Anand SS, Bosch J, Eikelboom JW, Connolly SJ, Diaz R, Widimsky P, et al. Rivaroxaban with or without aspirin in patients with stable peripheral or carotid artery disease: An international, randomised, double-blind, placebo-controlled trial. Lancet 2018;391:219-29.  Back to cited text no. 28
Bonaca MP, Nault P, Giugliano RP, Keech AC, Pineda AL, Kanevsky E, et al. Low-density lipoprotein cholesterol lowering with evolocumab and outcomes in patients with peripheral artery disease: Insights from the FOURIER trial (further cardiovascular outcomes research with PCSK9 inhibition in subjects with elevated risk). Circulation 2018;137:338-50.  Back to cited text no. 29
Holdsworth J. District hospital management and outcome of critical lower limb ischaemia: Comparison with national figures. Eur J Vasc Endovasc Surg 1997;13:159-63.  Back to cited text no. 30
Shah AP, Klein AJ, Sterrett A, Messenger JC, Albert S, Nehler MR, et al. Clinical outcome using aggressive approach to anatomic screening and endovascular revascularization in a Veterans Affairs population with critical limb ischemia. Catheter Cardiovasc Interv 2009;74:11-9.  Back to cited text no. 31
Bisdas T, Borowski M, Torsello G, First-Line Treatments in Patients With Critical Limb Ischemia (CRITISCH) Collaborators. Current practice of first-line treatment strategies in patients with critical limb ischemia. J Vasc Surg 2015;62:965-73.e3.  Back to cited text no. 32
Critical limb ischaemia: Management and outcome. Report of a national survey. The Vascular Surgical Society of Great Britain and Ireland. Eur J Vasc Endovasc Surg 1995;10:108-13.  Back to cited text no. 33
Lepäntalo M, Mätzke S. Outcome of unreconstructed chronic critical leg ischaemia. Eur J Vasc Endovasc Surg 1996;11:153-7.  Back to cited text no. 34
Bailey CM, Saha S, Magee TR, Galland RB. A 1 year prospective study of management and outcome of patients presenting with critical lower limb ischaemia. Eur J Vasc Endovasc Surg 2003;25:131-4.  Back to cited text no. 35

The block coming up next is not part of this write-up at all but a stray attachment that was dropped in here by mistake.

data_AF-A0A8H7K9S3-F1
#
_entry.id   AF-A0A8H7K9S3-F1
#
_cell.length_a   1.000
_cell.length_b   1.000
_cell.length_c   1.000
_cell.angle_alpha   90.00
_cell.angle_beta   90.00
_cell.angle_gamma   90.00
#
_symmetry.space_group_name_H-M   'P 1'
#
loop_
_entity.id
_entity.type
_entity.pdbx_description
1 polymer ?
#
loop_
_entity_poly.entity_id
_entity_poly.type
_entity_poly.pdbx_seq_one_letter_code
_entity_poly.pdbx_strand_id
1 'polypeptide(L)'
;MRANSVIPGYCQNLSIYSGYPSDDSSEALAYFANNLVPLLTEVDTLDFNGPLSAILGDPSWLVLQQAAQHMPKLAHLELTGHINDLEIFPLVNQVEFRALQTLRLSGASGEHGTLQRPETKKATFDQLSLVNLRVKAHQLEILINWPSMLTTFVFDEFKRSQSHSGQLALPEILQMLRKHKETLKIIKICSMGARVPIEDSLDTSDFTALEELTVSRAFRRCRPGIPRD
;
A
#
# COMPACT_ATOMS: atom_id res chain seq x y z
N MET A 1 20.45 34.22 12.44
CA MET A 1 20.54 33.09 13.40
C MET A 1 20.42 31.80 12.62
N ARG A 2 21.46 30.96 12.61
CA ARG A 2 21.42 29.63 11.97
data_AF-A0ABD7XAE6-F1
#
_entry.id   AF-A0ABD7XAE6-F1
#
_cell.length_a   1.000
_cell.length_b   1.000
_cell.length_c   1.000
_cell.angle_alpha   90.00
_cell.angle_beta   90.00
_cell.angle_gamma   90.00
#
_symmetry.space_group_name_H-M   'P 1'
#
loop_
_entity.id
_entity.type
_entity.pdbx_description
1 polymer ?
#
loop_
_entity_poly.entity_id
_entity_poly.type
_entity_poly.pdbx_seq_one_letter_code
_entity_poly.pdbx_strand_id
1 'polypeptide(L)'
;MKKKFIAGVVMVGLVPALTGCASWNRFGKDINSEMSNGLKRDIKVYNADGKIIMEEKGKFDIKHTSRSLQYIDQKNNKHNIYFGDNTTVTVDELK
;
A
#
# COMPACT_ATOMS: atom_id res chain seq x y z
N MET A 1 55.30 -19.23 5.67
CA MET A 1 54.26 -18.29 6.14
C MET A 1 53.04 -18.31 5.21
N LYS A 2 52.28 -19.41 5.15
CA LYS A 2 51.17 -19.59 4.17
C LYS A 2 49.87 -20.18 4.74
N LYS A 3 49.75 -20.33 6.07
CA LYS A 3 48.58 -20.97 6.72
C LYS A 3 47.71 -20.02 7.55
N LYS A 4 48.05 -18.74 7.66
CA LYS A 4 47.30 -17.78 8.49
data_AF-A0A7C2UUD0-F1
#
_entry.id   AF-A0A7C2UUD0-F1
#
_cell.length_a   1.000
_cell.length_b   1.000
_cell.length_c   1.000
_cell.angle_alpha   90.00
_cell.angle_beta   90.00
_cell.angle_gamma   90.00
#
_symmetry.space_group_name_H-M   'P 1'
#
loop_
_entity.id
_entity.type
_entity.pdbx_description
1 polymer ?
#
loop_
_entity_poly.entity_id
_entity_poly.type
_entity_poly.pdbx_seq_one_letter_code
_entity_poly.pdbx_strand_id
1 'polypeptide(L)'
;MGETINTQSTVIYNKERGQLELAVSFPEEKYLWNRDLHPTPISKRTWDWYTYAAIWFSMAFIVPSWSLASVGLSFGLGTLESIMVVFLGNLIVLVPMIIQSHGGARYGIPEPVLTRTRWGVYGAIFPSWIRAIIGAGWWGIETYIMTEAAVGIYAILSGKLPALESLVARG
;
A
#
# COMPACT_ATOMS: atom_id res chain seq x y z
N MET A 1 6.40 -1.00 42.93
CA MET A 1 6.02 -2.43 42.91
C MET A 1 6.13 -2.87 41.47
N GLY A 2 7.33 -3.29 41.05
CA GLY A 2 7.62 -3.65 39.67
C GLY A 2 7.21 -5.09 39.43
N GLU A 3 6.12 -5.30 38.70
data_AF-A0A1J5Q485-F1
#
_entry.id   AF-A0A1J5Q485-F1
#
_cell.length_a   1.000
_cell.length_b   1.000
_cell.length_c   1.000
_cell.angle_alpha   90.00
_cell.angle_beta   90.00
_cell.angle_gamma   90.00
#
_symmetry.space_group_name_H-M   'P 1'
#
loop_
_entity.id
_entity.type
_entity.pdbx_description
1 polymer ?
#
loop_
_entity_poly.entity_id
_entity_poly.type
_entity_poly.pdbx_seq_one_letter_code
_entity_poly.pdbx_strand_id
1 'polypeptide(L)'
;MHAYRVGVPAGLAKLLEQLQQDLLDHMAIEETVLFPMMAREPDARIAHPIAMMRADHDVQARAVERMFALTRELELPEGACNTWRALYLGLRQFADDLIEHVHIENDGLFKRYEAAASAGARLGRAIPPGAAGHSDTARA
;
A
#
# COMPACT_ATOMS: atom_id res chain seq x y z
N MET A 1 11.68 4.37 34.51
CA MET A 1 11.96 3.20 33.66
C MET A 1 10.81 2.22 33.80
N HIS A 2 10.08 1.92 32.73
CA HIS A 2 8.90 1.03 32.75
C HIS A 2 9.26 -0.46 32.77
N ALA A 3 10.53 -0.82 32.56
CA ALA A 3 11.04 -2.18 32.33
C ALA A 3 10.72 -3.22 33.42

Awad S, Karkos CD, Serrachino-Inglott F, Cooper NJ, Butterfield JS, Ashleigh R, et al. The impact of diabetes on current revascularisation practice and clinical outcome in patients with critical lower limb ischaemia. Eur J Vasc Endovasc Surg 2006;32:51-9.  Back to cited text no. 36
Baser O, Verpillat P, Gabriel S, Wang L. Prevalence, incidence, and outcomes of critical limb ischemia in the US Medicare population. Vasc Dis Manag 2013;10:26-36.  Back to cited text no. 37
Martini R. Trends of the treatment of Critical Limb Ischemia during the last two decades. Clin Hemorheol Microcirc 2018;69:447-56.  Back to cited text no. 38
Marston WA, Davies SW, Armstrong B, Farber MA, Mendes RC, Fulton JJ, et al. Natural history of limbs with arterial insufficiency and chronic ulceration treated without revascularization. J Vasc Surg 2006;44:108-14.  Back to cited text no. 39
Baubeta Fridh E, Andersson M, Thuresson M, Sigvant B, Kragsterman B, Johansson S, et al. Amputation Rates, Mortality, and Pre-operative Comorbidities in Patients Revascularised for Intermittent Claudication or Critical Limb Ischaemia: A Population Based Study. Eur J Vasc Endovasc Surg 2017;54:480-6.  Back to cited text no. 40
Martini R. Current opinions about the definition of critical limb ischemia: A debate still open after three decades. Clin Hemorheol Microcirc 2019;73:341-6.  Back to cited text no. 41
Stavroulakis K, Borowski M, Torsello G, Bisdas T, CRITISCH Collaborators. One-Year Results of First-Line Treatment Strategies in Patients With Critical Limb Ischemia (CRITISCH Registry). J Endovasc Ther 2018;25:320-9.  Back to cited text no. 42
Andreozzi GM, Signorelli SS, Cacciaguerra G, Di Pino L, Martini R, Monaco S, et al. Three-month therapy with calcium-heparin in comparison with ticlopidine in patients with peripheral arterial occlusive disease at Leriche-Fontaine IIb class. Angiology 1993;44:307-13.  Back to cited text no. 43
Ruffolo AJ, Romano M, Ciapponi A. Prostanoids for critical limb ischemia. Cochrane Database Syst Rev 2007;2: 1465-1858. [doi: 10.1002/14651858.CD006544].  Back to cited text no. 44
Martini R, Andreozzi GM, Deri A, Cordova R, Zulian P, Scarpazza O, et al. Amputation rate and mortality in elderly patients with critical limb ischemia not suitable for revascularization. Aging Clin Exp Res 2012;24 3 Suppl: 24-7.  Back to cited text no. 45